Apceth has announced the successful completion of the Phase I and initiation of the Phase II part of its ongoing monocentric Phase I/II clinical trial TREAT-ME 1 with the engineered cell therapeutic product Agenmestencel-T, at the Klinikum Grosshadern in Munich.
To the company’s knowledge, this is the first time that a genetically engineered Mesenchymal Stem Cell (MSC) treatment has successfully completed a Phase I clinical trial and been approved to initiate a Phase II trial. The first patient in the Phase II trial has already been treated.
apceth’s proprietary Agenmestencel-T next-generation MSC therapy is based on cells harvested from the patient's own (autologous) bone marrow, which are processed, genetically modified, and re-infused into the patient. The cells specifically target tumors or metastases, and, upon reaching the target tissue, the cytotoxic gene product is selectively activated, increasing local efficacy with reduced systemic toxicity.
“apceth is pioneering a transformative approach to cell-based therapies and we see this trial start as an important validation of both the safety and therapeutic potential of our technology,” said Dr. Christine Günther, Chief Executive Officer of apceth. “apceth’s progress to date supports our larger objective of expressing any therapeutic gene directly in tumors, with future applications planned for other indications including lung diseases and inflammation. We also expect to initiate a Phase I/II trial for the allogeneic off-the-shelf version of Agenmestencel-T (Agenmestencel-L) in Q4 2015.”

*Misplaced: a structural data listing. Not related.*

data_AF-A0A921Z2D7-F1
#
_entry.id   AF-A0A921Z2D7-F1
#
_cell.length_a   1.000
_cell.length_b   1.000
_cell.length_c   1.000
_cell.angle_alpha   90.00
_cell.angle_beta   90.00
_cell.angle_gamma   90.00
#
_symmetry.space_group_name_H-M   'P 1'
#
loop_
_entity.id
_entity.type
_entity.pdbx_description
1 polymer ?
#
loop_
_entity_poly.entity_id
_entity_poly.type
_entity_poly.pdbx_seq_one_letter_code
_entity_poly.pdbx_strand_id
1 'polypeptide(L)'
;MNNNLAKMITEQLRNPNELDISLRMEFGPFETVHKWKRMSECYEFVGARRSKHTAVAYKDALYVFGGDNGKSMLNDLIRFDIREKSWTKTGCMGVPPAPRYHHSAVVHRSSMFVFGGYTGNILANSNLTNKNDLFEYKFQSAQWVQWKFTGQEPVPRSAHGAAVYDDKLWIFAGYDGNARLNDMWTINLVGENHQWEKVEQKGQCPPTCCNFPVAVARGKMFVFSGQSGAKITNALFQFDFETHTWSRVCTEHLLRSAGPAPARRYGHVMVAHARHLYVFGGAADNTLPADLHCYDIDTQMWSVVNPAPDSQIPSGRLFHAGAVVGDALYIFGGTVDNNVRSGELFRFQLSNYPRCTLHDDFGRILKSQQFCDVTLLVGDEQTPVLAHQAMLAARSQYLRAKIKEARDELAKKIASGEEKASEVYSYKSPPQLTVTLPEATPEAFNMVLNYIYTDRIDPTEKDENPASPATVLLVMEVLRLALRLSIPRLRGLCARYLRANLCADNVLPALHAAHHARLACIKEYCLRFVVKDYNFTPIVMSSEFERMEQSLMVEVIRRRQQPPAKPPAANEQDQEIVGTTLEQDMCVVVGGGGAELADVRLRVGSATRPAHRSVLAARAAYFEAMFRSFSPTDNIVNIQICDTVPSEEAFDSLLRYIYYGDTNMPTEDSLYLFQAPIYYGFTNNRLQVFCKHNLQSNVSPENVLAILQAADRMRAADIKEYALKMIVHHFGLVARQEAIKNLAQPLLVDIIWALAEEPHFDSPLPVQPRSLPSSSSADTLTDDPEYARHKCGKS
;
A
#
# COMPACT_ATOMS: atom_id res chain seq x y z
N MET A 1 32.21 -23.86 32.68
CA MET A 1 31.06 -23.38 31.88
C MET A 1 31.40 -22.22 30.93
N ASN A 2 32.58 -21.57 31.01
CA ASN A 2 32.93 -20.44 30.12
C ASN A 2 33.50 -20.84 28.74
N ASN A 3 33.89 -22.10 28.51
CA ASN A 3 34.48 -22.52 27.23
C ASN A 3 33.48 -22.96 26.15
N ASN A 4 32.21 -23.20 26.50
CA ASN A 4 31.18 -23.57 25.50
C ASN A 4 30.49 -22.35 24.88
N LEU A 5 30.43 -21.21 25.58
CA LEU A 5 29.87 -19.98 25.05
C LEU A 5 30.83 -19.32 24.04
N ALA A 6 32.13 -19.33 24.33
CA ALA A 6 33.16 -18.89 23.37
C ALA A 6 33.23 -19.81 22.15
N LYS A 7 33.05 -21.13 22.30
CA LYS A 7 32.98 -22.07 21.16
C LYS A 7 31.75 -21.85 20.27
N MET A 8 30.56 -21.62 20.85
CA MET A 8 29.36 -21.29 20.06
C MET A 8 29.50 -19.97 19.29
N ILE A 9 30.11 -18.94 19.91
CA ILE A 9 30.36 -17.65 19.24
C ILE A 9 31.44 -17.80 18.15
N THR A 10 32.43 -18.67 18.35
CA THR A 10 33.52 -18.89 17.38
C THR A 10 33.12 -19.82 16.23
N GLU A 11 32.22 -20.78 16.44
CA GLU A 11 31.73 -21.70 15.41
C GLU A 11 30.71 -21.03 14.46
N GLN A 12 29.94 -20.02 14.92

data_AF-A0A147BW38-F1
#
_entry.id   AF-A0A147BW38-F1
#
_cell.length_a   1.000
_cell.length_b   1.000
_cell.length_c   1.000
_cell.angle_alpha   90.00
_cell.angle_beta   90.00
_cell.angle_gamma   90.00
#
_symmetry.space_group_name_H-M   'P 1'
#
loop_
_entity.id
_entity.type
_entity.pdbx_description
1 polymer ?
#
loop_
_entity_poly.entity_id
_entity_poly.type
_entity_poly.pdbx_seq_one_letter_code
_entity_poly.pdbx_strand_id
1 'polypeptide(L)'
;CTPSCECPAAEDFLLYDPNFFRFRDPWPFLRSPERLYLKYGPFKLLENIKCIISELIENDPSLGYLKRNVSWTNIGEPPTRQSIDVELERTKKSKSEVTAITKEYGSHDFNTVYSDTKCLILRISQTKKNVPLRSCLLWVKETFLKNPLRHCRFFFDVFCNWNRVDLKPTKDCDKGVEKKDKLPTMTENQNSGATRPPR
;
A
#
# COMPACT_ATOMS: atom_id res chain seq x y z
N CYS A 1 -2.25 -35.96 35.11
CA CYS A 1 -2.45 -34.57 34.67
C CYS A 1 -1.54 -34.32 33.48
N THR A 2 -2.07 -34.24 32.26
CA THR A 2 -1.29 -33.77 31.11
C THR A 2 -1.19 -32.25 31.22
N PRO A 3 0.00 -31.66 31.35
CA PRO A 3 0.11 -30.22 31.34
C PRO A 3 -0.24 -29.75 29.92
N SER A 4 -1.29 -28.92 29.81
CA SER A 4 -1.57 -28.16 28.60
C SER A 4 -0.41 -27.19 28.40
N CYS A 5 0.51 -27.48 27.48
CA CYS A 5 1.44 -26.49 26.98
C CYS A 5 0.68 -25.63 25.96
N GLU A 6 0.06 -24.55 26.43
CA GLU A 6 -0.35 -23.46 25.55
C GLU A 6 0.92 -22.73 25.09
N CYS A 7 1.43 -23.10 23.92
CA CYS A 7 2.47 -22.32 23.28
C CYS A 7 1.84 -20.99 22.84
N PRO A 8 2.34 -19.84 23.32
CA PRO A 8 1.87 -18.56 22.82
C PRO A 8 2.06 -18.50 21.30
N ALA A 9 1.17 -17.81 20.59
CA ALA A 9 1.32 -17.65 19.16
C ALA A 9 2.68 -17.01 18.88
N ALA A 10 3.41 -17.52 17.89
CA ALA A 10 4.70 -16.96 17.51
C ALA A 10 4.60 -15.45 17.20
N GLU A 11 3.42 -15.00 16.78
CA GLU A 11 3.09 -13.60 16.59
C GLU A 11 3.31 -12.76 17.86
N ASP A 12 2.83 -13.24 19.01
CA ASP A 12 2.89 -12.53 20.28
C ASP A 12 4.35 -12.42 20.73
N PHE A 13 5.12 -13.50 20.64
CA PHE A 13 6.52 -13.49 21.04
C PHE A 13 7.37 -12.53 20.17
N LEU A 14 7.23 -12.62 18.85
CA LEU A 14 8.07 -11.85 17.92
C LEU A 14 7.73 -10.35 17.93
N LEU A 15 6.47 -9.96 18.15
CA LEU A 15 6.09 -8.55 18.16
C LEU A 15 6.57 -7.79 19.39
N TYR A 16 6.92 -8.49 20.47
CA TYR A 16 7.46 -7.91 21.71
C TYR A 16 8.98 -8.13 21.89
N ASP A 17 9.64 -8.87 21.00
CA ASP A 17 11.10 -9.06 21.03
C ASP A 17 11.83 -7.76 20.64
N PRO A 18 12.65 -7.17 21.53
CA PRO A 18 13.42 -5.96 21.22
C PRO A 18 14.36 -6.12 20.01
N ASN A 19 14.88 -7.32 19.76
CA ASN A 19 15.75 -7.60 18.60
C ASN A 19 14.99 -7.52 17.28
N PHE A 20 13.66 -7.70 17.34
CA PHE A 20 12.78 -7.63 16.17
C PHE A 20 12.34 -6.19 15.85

apceth has initiated the Phase II part of the trial using the high-dose treatment regime as evaluated in the Phase I trial. The open label study will include ten advanced gastrointestinal cancer patients and will evaluate the safety and tolerability of Agenmestencel-T and its efficacy based on RECIST criteria, with the aim to establish proof of concept of this novel technology in late-stage cancer patients.
In parallel, six patients will be treated prior to tumor resection surgery, without subsequent ganciclovir administration, and tumor biopsies will be analyzed for presence of the genetically modified MSCs.
The completed Phase I trial included six patients suffering from advanced-stage gastrointestinal adenocarcinomas (3 colorectal, 2 pancreatic, and 1 cholangiocellular carcinoma).
Top-line data analysis confirmed the infusion of the engineered cells and the treatment was safe and tolerable. apceth anticipates presenting the full data from the Phase I trial later in 2015.